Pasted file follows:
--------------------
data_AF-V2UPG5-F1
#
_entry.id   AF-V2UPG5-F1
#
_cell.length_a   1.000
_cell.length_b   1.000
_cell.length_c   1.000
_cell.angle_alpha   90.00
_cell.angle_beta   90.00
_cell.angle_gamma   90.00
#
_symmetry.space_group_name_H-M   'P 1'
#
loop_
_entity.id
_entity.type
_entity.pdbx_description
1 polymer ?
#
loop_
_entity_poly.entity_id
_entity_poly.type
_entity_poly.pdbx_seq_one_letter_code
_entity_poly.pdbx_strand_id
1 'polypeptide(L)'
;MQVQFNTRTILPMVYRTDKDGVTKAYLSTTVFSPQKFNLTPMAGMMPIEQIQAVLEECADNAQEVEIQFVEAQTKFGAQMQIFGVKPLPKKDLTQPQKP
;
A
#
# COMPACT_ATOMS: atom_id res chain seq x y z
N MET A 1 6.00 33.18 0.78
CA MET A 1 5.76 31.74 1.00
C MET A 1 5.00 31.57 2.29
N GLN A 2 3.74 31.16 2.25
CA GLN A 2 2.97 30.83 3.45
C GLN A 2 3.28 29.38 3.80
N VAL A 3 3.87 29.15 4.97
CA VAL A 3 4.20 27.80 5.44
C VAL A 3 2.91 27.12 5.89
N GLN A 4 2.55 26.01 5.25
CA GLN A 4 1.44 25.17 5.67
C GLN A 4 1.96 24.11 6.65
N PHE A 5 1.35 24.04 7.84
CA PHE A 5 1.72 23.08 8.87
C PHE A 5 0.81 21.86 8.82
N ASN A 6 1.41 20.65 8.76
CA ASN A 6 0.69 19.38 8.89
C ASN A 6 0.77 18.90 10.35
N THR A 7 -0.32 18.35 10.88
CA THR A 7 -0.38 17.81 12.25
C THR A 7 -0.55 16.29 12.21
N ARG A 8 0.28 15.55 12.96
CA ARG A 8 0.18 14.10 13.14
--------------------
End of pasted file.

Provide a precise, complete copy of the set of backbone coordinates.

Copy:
data_AF-V2UPG5-F1
#
_entry.id   AF-V2UPG5-F1
#
_cell.length_a   1.000
_cell.length_b   1.000
_cell.length_c   1.000
_cell.angle_alpha   90.00
_cell.angle_beta   90.00
_cell.angle_gamma   90.00
#
_symmetry.space_group_name_H-M   'P 1'
#
loop_
_entity.id
_entity.type
_entity.pdbx_description
1 polymer ?
#
loop_
_entity_poly.entity_id
_entity_poly.type
_entity_poly.pdbx_seq_one_letter_code
_entity_poly.pdbx_strand_id
1 'polypeptide(L)'
;MQVQFNTRTILPMVYRTDKDGVTKAYLSTTVFSPQKFNLTPMAGMMPIEQIQAVLEECADNAQEVEIQFVEAQTKFGAQMQIFGVKPLPKKDLTQPQKP
;
A
#
# COMPACT_ATOMS: atom_id res chain seq x y z
N MET A 1 6.00 33.18 0.78
CA MET A 1 5.76 31.74 1.00
C MET A 1 5.00 31.57 2.29
N GLN A 2 3.74 31.16 2.25
CA GLN A 2 2.97 30.83 3.45
C GLN A 2 3.28 29.38 3.80
N VAL A 3 3.87 29.15 4.97
CA VAL A 3 4.20 27.80 5.44
C VAL A 3 2.91 27.12 5.89
N GLN A 4 2.55 26.01 5.25
CA GLN A 4 1.44 25.17 5.67
C GLN A 4 1.96 24.11 6.65
N PHE A 5 1.35 24.04 7.84
CA PHE A 5 1.72 23.08 8.87
C PHE A 5 0.81 21.86 8.82
N ASN A 6 1.41 20.65 8.76
CA ASN A 6 0.69 19.38 8.89
C ASN A 6 0.77 18.90 10.35
N THR A 7 -0.32 18.35 10.88
CA THR A 7 -0.38 17.81 12.25
C THR A 7 -0.55 16.29 12.21
N ARG A 8 0.28 15.55 12.96
CA ARG A 8 0.18 14.10 13.14